I wasted no time looking up my most detested (Oliver Wendell
Holmes Jr.) and my favorite (Louis Brandeis, of course). I realize
some of you might not have made such designstiond in regard to
SCOTUS. Then a cover to cover makes for a fascinating
read. Holmes, the social Darwinist who
Wrote in regard to Buck v. Bell (1937): "It is better for all the
world if, instead of waiting to execute degenerate offspring for
crime, or to let them starve for their imbicility, society can prevent
those who are manifestly unfit from continuing their kind", would have
been a big fan of President Trump, Governor LePage, and gubenatorial
candidate Mary Mayhew who share a desire to make it more difficult to
the destitute to get help. In his own words, "I have no respect for
the passion for equality, which seems to me merely idealizing envy."
Brandeis, in contrast, reasoned, "We can have democracy in this
country, or we can have great wealth concentrated in the hands of the
few. But we can't have both." His votes in his twenty-three years on
the bench were well aligned with this philisophy. He established the
Brandeis briefs which incorporated sociologic data as well as legal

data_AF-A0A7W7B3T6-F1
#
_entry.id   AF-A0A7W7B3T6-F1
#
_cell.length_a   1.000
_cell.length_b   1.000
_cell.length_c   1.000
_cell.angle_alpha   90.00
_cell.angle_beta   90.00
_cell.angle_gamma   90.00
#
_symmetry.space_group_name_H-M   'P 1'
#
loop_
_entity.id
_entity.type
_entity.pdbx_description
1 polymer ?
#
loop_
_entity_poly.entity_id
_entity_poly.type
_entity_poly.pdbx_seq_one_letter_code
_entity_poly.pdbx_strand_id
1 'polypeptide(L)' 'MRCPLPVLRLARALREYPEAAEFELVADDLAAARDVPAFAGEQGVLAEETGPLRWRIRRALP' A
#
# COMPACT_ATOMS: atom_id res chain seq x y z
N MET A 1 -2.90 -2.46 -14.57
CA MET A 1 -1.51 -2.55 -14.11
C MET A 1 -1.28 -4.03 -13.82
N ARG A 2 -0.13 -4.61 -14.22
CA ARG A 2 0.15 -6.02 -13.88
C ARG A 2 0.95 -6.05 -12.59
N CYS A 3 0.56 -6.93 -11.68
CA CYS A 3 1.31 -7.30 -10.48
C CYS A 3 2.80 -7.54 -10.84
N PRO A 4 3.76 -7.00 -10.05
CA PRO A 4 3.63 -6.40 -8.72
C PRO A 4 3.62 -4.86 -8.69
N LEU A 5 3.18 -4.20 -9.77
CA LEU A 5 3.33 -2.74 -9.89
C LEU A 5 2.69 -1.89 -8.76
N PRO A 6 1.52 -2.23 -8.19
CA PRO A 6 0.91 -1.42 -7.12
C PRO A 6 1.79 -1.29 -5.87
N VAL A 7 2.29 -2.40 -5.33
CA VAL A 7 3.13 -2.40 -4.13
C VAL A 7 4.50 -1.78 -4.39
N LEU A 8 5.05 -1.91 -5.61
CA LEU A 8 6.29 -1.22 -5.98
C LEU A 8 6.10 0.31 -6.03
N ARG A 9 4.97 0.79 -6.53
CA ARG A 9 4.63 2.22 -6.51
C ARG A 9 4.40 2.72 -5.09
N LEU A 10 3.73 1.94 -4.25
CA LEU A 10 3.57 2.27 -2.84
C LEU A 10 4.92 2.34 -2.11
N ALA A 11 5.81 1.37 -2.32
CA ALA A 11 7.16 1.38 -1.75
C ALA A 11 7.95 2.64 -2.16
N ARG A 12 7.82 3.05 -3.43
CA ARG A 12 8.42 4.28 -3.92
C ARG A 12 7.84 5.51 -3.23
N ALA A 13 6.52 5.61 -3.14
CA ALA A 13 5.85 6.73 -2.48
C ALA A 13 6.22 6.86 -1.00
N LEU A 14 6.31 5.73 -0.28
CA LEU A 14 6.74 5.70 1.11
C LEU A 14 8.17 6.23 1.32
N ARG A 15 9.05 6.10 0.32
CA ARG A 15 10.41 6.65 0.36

precedent. He was also a lot less pompous than Holmes. In regard to
his Supreme Court nomination, he wrote, "I am not exactly sure that I
am to be congratulated, but I am glad the president wanted to make the
appointment and I am convinced, all things considered, that I ought to
I'd just started that book when I had the great good fortune of
discovering a companion volume among the piles of student abandoned
goods we were sorting out for Clean Sweep. Cormac O'Brien's Secret
Lives Of The U.S. Presidents certainly lives up to its subtitle: What
Your Teachers Never Told You About The Men Of The White House. Want
an example? Here's a scoop on the dude they called Old Hickory:
"As a young man, Andrew Jackson "studied law" in Salisbury,
North Carolina, adopting a curriculum of reading, clerking, fighting,
drinking, and vandalism. Stories of his besotted hooliganism abound.
When asked to organize the local dancing school's Christmas ball, he
secretly invited two of the town's most experienced prostitutes,